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Knowing Your Elevation
By Jeffrey Masters, Ph.D. — Director of Meteorology, Weather Underground, Inc.
If you live near the coast, or are thinking of buying property near the coast, it's very much in your financial and survival interests to know exactly what elevation your home is at. If you are a home owner, your flood insurance certificate should tell you what your elevation is, based on the best available USGS surveys for the area. In some cases, though, this information is not very precise. For example, in the New York City area, elevations as of 2008 on USGS topographic maps were only surveyed to an accuracy of 10 feet (Figure 1). Along the Hudson River and some portions of Long Island, the accuracy was only 20 feet. These topographic maps have a considerable error range, too, with 90% of the data rated as accurate to plus or minus half the contour interval. Thus, this means that 90% of the points along a 10-foot contour line lie in the range 5 - 15 feet. This is a pretty broad range if you're trying to judge your vulnerability to a storm surge. Efforts are being made in many areas to perform high-resolution mapping using laser measurements from aircraft combined with GPS. These data sets generally have an accuracy of 0.15 meters (six inches), but the data is limited in coverage and difficult to find on the Internet. Probably the best solution is to use existing low-resultion data (3 - 30 meters in the U.S.) and interpolate the data to your location. Keep in mind that the errors will often be large using these techniques.
Figure 1. The current best available elevation source data (as of August 2008) for the USGS National Elevation Dataset over the mid-Atlantic region. Lidar data typically has an accuracy of 0.15 meters. Image credit: Coastal Sensitivity to Sea-Level Rise: A Focus on the Mid-Atlantic Region report by the U.S. Climate Science Program.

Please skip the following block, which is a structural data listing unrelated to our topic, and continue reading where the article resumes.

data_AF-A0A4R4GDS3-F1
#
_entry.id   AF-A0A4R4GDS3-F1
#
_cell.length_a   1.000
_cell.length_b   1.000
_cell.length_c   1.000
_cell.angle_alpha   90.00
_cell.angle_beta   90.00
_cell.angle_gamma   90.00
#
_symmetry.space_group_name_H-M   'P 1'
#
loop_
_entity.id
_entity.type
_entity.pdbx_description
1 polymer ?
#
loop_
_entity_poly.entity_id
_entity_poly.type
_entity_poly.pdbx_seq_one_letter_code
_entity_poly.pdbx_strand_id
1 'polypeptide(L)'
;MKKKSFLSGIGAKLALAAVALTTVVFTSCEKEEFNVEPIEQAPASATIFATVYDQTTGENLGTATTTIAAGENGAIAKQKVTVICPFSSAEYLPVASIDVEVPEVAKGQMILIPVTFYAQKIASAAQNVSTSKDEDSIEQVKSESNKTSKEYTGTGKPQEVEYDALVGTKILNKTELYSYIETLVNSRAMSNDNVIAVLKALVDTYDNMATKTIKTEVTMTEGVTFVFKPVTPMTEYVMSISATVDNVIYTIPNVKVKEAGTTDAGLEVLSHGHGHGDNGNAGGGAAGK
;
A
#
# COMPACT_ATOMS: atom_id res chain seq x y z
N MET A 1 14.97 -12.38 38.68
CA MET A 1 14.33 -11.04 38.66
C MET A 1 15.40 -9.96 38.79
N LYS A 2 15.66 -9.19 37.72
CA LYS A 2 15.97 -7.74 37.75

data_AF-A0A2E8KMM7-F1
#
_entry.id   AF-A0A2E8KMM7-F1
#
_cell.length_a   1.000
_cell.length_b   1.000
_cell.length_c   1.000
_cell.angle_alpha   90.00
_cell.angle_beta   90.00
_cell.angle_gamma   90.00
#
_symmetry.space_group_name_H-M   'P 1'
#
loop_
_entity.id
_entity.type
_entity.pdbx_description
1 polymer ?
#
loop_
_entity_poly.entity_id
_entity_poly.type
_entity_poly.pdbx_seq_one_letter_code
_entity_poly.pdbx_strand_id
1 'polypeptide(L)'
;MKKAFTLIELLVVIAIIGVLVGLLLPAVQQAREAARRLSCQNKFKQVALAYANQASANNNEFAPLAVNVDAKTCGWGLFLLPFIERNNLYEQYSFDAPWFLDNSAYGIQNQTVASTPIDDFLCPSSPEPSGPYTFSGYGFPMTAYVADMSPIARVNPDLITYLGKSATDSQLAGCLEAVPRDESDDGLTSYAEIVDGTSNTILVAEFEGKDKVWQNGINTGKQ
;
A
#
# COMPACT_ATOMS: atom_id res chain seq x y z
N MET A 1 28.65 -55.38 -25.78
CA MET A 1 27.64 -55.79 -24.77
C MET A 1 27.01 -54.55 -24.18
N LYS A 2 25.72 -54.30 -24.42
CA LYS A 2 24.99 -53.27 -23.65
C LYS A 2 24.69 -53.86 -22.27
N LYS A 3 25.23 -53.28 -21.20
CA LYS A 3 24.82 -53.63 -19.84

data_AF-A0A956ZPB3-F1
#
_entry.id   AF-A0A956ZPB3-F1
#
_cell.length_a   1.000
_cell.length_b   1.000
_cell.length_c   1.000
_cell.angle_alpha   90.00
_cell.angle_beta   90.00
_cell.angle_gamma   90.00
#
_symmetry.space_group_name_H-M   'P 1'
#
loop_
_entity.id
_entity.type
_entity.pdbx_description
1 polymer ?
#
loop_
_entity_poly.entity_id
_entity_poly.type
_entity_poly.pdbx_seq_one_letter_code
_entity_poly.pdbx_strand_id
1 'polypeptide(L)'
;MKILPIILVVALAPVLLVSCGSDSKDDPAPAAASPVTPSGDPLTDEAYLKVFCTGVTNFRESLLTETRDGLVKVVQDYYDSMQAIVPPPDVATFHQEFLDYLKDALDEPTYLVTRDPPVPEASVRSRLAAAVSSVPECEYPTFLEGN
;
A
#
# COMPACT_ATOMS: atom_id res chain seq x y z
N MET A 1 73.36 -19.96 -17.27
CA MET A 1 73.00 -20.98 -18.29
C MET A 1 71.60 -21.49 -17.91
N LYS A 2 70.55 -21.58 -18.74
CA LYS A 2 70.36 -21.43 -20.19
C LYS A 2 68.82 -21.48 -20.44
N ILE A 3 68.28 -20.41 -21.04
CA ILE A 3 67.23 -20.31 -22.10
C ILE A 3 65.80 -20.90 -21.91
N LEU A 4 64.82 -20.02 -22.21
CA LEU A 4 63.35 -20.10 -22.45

Sources of Elevation Information
The flood insurance certificate for your property, and even some mortgage documents, should have a surveyed elevation reading. According to Dr. Stephen Baig, retired head of NHC's storm surge team, "these are conventionally measured by a professional surveyor using government-maintained elevation survey bench marks. hose benchmarks are very precise and accurate references provided the ground is stable and the mark is well anchored. In some areas, the benchmark data are of questionable quality. In large, the quality of coastal elevation marks is not good. That's because they lie on the edges of a network of gauges. Within the network there is a more-or-less self-correcting phenomenon going on. At the edges the gauges are out on "spurs", tied to the net by only two other shoreward gauges. No gauges offshore, either, to help "close" the network. So elevation data right at the shoreline, exactly where it matters a great deal to surge calculations, are of questionable quality. The shoreline of the Gulf of Mexico, extending from the Florida border westward to Brownsville (and into Mexico, too) presents an additional elevation problem. It's subsiding, sliding down into the Gulf of Mexico, headed for the Yucatan. The vertical reference network for this region is destroyed. This is absolute change, on top of which there is sea-level rise. The best that can be done is the real-time kinetic elevation data program established and managed by Louisiana Spatial Reference Center (LSRC) Center for Geoinformatics ( http://c4g.lsu.edu/joomla/)". Without their help we would not have the confidence we do in the SLOSH calculations for that region".
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